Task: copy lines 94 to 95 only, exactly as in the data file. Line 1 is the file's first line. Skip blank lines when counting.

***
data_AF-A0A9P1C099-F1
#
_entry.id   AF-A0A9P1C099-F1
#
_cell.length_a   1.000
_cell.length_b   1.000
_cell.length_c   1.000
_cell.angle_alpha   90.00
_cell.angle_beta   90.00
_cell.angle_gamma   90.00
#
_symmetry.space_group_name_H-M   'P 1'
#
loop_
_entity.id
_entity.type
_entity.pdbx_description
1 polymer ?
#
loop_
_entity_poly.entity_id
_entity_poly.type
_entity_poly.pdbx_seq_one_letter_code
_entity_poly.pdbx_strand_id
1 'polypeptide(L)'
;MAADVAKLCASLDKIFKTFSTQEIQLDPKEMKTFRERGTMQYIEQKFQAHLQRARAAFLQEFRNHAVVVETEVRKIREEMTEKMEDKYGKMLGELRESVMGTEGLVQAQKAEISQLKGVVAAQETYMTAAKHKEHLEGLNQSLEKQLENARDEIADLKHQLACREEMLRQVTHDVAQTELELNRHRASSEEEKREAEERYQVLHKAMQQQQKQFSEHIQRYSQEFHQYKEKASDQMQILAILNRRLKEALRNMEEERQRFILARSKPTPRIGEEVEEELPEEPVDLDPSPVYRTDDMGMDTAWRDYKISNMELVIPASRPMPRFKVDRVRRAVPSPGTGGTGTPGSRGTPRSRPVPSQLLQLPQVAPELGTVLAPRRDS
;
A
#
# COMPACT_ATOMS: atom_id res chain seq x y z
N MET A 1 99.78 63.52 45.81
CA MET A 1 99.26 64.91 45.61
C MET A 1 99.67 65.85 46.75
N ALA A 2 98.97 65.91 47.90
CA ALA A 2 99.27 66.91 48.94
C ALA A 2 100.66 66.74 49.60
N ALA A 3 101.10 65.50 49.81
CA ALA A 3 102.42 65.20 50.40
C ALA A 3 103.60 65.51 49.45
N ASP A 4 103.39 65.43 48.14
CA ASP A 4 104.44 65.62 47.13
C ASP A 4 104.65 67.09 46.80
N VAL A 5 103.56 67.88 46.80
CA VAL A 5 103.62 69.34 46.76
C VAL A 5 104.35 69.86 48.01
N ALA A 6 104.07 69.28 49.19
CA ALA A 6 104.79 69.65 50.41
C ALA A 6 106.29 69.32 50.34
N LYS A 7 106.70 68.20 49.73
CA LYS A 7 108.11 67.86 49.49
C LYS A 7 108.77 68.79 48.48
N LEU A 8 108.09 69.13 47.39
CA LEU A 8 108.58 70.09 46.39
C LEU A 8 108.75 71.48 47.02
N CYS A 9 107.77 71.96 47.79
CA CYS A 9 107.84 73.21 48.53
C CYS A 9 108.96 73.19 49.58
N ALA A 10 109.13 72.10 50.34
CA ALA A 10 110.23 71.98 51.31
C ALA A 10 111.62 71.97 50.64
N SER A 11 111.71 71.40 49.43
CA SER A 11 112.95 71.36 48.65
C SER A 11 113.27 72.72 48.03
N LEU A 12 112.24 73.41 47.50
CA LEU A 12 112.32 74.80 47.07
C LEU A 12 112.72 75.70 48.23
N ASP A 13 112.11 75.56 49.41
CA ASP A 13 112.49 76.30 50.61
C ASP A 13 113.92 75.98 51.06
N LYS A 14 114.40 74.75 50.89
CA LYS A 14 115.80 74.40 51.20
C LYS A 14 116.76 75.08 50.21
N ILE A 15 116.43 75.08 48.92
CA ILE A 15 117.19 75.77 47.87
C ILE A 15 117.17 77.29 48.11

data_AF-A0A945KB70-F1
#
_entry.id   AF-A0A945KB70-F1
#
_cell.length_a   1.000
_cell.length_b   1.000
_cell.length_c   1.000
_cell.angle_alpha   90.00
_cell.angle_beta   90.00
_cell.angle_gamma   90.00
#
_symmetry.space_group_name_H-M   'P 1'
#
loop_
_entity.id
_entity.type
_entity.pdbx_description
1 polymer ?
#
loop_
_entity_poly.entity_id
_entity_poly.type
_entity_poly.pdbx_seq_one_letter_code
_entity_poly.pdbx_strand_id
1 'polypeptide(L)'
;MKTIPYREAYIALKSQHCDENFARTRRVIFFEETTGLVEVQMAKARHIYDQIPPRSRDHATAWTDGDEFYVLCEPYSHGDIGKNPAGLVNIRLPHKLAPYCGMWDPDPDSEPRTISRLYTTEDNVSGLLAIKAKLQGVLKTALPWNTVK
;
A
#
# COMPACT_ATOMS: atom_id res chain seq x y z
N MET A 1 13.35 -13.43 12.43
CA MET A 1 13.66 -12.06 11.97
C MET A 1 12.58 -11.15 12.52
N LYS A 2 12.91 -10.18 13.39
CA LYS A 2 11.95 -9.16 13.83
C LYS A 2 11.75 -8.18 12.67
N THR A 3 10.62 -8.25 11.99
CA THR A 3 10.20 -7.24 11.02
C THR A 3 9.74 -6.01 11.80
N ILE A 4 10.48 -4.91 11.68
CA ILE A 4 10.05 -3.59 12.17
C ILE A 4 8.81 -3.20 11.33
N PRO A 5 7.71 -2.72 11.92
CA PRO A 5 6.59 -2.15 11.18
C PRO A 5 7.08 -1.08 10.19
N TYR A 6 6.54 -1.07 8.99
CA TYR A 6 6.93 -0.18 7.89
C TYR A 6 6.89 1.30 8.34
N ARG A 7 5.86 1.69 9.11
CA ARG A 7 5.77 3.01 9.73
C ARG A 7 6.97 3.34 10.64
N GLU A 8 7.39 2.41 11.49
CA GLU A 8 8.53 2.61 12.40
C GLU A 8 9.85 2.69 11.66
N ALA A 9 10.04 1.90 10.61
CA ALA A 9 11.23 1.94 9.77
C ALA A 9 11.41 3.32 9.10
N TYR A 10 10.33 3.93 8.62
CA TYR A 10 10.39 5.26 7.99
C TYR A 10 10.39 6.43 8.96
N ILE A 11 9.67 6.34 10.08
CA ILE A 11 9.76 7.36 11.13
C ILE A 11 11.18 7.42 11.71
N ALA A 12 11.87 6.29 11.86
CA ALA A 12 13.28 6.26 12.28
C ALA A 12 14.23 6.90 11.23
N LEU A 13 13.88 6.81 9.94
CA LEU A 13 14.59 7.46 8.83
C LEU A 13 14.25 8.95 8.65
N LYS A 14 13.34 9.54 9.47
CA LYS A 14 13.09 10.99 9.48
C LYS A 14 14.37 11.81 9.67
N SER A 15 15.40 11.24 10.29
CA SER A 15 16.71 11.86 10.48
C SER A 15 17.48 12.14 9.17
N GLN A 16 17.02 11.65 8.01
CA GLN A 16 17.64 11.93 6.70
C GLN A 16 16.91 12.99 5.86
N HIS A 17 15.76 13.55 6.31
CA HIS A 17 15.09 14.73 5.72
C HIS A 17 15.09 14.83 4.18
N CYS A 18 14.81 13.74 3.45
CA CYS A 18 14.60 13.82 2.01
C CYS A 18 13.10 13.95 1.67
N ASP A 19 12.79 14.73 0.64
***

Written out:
#
loop_